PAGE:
Well, it’s not quite 1966-67, when the Red Sox picked up 20 games and went from last (ninth at the time) to first. But the 2007 Red Sox are a win away from improving on their 2006 performance by 10 games, and have vaulted from third place to being assured of being in first place for all but eight of the first 12 games of 2007.
That’s not an insignificant accomplishment. In the American League, only the Cleveland Indians improved by a greater margin. Some might even call such a turnaround redemptive ;-).
We all know why the Sox have been so much better this season — better and healthier starters, a stronger bullpen and a healthier lineup. But here are the top five specific factors I see as contributing the most to the Sox’ turnaround.
No. 1: Sox acquire Eric Gagne at the deadline
Haha, I kid.
No. 5 — Daisuke Matsuzaka (mostly) meets the hype
This is a difficult thing to say after the past month, when Matsuzaka has been so horrible when the Sox most needed him. But the past month should not obscure the fact that Matsuzaka solidifed a rotation that last year was in disarray (of course, someone else helped that out, too). When Curt Schilling — ostensibly the Sox’ No. 1 or No. 2 starter entering the season — went down from June 19 to Aug. 5, Matsuzaka threw seven quality starts in nine games, putting up a 2.93 ERA. In 2006, Schilling was the only Sox pitcher to make more than five starts with an ERA better than Matsuzaka has this year — his rookie/transition season. And Matsuzaka did it by starting 32 games and pitching more than 200 innings.
No. 4 — Jonathan Papelbon decides to close — and stays healthy doing it
The novelty has worn off, but one could argue that Papelbon this year has been even more dominant than he was in 2006. Certainly, his value has increased as he’s made it through the entire season. It’s easy to forget he entered spring training as the Sox’ fourth or fifth starter, and 2007 would unlikely have been much better than 2006 had that occurred. This season, Papelbon has struck out an insane 13 batters per nine innings, well above his total of 9.9 last season. He’s also held hitters to a lower average and lowered his WHIP. Last season ended with uncertainty over whether Papelbon would ever pitch again. Now he’s more effective than ever.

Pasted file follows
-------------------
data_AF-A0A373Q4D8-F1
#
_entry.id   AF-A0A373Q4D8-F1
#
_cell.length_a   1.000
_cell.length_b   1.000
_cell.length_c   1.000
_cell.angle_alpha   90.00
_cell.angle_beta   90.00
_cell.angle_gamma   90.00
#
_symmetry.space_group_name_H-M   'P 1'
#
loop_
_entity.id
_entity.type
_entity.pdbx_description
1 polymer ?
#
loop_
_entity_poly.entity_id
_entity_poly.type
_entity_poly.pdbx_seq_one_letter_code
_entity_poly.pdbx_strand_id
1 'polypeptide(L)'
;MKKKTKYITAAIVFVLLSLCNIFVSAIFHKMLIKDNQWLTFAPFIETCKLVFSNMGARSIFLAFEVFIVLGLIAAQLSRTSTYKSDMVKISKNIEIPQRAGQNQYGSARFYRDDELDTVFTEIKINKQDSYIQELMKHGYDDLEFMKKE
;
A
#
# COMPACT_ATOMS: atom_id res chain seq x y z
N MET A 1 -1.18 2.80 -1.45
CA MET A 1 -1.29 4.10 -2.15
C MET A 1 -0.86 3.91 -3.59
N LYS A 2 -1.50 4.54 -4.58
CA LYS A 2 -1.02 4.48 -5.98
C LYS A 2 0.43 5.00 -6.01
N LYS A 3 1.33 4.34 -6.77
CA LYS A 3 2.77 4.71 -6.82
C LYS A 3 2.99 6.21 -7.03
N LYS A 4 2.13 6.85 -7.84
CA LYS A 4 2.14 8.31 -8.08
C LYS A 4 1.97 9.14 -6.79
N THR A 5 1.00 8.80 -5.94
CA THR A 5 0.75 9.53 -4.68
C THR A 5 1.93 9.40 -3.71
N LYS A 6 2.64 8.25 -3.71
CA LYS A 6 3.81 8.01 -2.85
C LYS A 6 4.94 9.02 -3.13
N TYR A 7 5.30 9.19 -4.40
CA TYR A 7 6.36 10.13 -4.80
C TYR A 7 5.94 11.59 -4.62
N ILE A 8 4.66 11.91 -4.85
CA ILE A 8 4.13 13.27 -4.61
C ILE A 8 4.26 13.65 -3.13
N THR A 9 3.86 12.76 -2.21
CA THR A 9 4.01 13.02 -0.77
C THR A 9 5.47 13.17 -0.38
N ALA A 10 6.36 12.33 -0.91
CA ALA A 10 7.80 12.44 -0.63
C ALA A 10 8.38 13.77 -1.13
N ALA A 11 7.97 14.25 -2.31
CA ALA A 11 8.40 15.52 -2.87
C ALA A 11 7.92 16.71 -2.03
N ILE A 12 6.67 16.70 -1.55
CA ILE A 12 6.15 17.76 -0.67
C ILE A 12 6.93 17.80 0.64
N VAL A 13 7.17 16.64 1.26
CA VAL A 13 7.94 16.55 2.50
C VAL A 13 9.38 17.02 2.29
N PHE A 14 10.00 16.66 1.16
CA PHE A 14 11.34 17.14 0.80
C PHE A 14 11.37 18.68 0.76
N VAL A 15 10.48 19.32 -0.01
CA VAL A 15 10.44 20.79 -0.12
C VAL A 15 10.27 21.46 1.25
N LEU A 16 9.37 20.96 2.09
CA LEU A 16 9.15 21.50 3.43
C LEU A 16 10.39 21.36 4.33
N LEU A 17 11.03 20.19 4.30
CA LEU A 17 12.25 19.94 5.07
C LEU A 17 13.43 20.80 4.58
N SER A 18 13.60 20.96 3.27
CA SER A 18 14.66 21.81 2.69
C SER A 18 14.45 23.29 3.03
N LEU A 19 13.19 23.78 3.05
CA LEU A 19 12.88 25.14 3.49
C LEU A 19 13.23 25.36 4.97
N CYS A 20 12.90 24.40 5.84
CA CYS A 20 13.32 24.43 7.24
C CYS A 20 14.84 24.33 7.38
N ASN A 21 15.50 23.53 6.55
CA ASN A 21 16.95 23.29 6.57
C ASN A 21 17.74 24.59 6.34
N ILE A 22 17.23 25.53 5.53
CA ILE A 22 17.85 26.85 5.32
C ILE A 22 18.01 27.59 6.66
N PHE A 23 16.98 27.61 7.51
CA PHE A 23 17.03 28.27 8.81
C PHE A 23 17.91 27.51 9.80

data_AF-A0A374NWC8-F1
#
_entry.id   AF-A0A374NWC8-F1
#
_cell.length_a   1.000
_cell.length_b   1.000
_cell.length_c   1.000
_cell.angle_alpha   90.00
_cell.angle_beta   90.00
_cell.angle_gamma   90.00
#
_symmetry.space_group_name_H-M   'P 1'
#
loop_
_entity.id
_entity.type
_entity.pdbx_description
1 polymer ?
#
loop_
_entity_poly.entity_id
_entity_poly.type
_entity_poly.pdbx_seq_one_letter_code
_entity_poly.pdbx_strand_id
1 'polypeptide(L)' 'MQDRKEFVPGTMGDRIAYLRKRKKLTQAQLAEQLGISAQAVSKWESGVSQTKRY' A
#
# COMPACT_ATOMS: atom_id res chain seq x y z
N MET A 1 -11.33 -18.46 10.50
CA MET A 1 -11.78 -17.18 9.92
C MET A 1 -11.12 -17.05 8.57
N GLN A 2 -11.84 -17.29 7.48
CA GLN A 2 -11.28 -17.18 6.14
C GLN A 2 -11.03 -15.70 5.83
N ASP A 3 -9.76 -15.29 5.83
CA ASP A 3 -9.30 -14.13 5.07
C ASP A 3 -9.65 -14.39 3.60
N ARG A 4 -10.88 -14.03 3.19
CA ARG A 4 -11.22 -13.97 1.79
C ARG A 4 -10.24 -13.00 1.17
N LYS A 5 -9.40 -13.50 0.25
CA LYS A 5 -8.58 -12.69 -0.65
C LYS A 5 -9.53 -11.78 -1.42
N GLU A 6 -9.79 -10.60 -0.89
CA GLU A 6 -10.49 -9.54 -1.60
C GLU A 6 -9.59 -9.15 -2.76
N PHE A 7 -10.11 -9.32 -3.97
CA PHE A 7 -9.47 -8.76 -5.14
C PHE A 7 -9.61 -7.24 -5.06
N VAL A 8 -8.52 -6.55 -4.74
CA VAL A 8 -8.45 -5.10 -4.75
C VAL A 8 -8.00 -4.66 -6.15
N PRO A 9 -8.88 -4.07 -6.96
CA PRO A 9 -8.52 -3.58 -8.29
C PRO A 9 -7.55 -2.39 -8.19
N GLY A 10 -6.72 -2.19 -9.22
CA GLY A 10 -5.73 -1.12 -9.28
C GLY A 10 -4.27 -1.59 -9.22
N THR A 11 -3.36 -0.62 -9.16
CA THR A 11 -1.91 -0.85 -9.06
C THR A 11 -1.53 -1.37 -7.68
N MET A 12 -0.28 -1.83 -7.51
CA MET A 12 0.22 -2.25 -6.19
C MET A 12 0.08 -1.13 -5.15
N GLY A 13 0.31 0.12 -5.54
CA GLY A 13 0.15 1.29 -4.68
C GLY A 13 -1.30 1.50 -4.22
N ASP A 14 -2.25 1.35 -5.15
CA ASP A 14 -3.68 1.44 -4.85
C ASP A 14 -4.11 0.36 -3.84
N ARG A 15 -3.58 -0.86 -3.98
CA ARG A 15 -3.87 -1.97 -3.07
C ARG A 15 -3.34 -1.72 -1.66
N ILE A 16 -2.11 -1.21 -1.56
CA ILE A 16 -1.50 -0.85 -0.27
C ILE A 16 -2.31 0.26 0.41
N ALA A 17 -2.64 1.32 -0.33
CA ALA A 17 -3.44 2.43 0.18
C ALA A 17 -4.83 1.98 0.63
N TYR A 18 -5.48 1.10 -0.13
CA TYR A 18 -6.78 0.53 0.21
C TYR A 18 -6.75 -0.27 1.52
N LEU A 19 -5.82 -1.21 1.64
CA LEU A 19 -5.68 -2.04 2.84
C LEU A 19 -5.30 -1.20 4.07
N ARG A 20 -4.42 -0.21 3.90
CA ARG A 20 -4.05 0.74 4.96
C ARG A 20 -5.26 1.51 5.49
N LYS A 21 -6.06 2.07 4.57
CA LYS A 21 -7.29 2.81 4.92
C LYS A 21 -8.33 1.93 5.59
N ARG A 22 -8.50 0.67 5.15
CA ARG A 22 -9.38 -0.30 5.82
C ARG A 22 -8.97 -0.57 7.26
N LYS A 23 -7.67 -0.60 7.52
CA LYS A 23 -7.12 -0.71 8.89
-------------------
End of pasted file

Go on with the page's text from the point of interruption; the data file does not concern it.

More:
No. 3 — Mike Lowell does the Big Papi
Contract-year theatrics? Increasing comfort with Fenway Park? Better pitches to hit? Who knows the reason, but Lowell — who was one of the bright sports of the dismal 2006 season — shone even brighter in 2007, when he was even more needed, thanks to slumps by and injuries to David Ortiz and Manny Ramirez. His resurgence can largely be contributed to his apparent growing love for Fenway, where he increased his batting average from .260 in 2006 to .375 this year, his OBP from .327 to .421, and his slugging from .436 to .572. Lowell anchored the fourth and fifth spots, providing the needed protection that allowed Ortiz to finally get hot and the desperately needed production when Ortiz wasn’t.
No. 2 — Hideki Okajima discovers the change-up
Most in the media called Okajima the guy who would help Matsuzaka adjust to life in America. Give him a friend, and if he turns out to be good, so much the better. Some of us (I know I said it a couple times) figured Okajima would do well until midseason or so, when batters adjusted to him and learned his stuff. Well, somewhere on the flight between Japan and America, Okajima picked up a change-up he’d never used before and turned into perhaps the Red Sox’ most valuable offseason acquisition, solidifying a questionable bullpen (J.C. Romero and Joel Pineiro? That almost worked.) and providing the all-important eighth-inning bridge to Papelbon. In the end, it was fatigue from overuse that caight up to him, which bodes well if he’s rested up for the postseason.
No. 1 — Josh Beckett makes the transition
Missing the cut: Tim Wakefield evokes visions of ’95, Dustin Pedroia shatters expectations, Julian Tavarez becomes a happy-go-lucky team player, Manny Delcarmen shakes the rookie jitters.